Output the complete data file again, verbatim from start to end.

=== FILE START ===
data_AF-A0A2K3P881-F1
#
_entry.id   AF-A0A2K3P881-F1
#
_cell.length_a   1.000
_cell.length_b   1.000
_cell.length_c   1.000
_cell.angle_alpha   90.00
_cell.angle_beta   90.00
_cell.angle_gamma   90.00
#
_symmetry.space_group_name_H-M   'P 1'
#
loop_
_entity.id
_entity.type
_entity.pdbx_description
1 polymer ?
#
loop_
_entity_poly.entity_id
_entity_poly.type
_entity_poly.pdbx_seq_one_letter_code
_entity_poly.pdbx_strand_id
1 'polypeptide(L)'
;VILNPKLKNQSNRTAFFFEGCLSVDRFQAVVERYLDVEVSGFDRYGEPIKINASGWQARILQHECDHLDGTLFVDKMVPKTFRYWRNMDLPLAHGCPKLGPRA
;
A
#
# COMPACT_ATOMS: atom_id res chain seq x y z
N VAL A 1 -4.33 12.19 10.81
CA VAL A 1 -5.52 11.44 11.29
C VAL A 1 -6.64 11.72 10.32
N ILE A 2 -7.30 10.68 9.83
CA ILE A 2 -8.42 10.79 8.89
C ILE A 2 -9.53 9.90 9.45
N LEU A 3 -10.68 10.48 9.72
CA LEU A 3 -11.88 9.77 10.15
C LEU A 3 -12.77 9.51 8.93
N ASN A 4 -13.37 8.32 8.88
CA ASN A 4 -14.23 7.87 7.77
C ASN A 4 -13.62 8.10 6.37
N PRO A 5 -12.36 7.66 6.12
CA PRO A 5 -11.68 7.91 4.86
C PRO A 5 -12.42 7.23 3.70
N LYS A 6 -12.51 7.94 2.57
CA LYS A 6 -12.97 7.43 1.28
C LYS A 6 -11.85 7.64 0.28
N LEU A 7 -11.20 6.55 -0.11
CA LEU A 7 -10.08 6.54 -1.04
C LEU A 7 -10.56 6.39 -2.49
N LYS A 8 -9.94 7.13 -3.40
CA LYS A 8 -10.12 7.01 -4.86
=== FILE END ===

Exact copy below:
data_AF-A0A2K3P881-F1
#
_entry.id   AF-A0A2K3P881-F1
#
_cell.length_a   1.000
_cell.length_b   1.000
_cell.length_c   1.000
_cell.angle_alpha   90.00
_cell.angle_beta   90.00
_cell.angle_gamma   90.00
#
_symmetry.space_group_name_H-M   'P 1'
#
loop_
_entity.id
_entity.type
_entity.pdbx_description
1 polymer ?
#
loop_
_entity_poly.entity_id
_entity_poly.type
_entity_poly.pdbx_seq_one_letter_code
_entity_poly.pdbx_strand_id
1 'polypeptide(L)'
;VILNPKLKNQSNRTAFFFEGCLSVDRFQAVVERYLDVEVSGFDRYGEPIKINASGWQARILQHECDHLDGTLFVDKMVPKTFRYWRNMDLPLAHGCPKLGPRA
;
A
#
# COMPACT_ATOMS: atom_id res chain seq x y z
N VAL A 1 -4.33 12.19 10.81
CA VAL A 1 -5.52 11.44 11.29
C VAL A 1 -6.64 11.72 10.32
N ILE A 2 -7.30 10.68 9.83
CA ILE A 2 -8.42 10.79 8.89
C ILE A 2 -9.53 9.90 9.45
N LEU A 3 -10.68 10.48 9.72
CA LEU A 3 -11.88 9.77 10.15
C LEU A 3 -12.77 9.51 8.93
N ASN A 4 -13.37 8.32 8.88
CA ASN A 4 -14.23 7.87 7.77
C ASN A 4 -13.62 8.10 6.37
N PRO A 5 -12.36 7.66 6.12
CA PRO A 5 -11.68 7.91 4.86
C PRO A 5 -12.42 7.23 3.70
N LYS A 6 -12.51 7.94 2.57
CA LYS A 6 -12.97 7.43 1.28
C LYS A 6 -11.85 7.64 0.28
N LEU A 7 -11.20 6.55 -0.11
CA LEU A 7 -10.08 6.54 -1.04
C LEU A 7 -10.56 6.39 -2.49
N LYS A 8 -9.94 7.13 -3.40
CA LYS A 8 -10.12 7.01 -4.86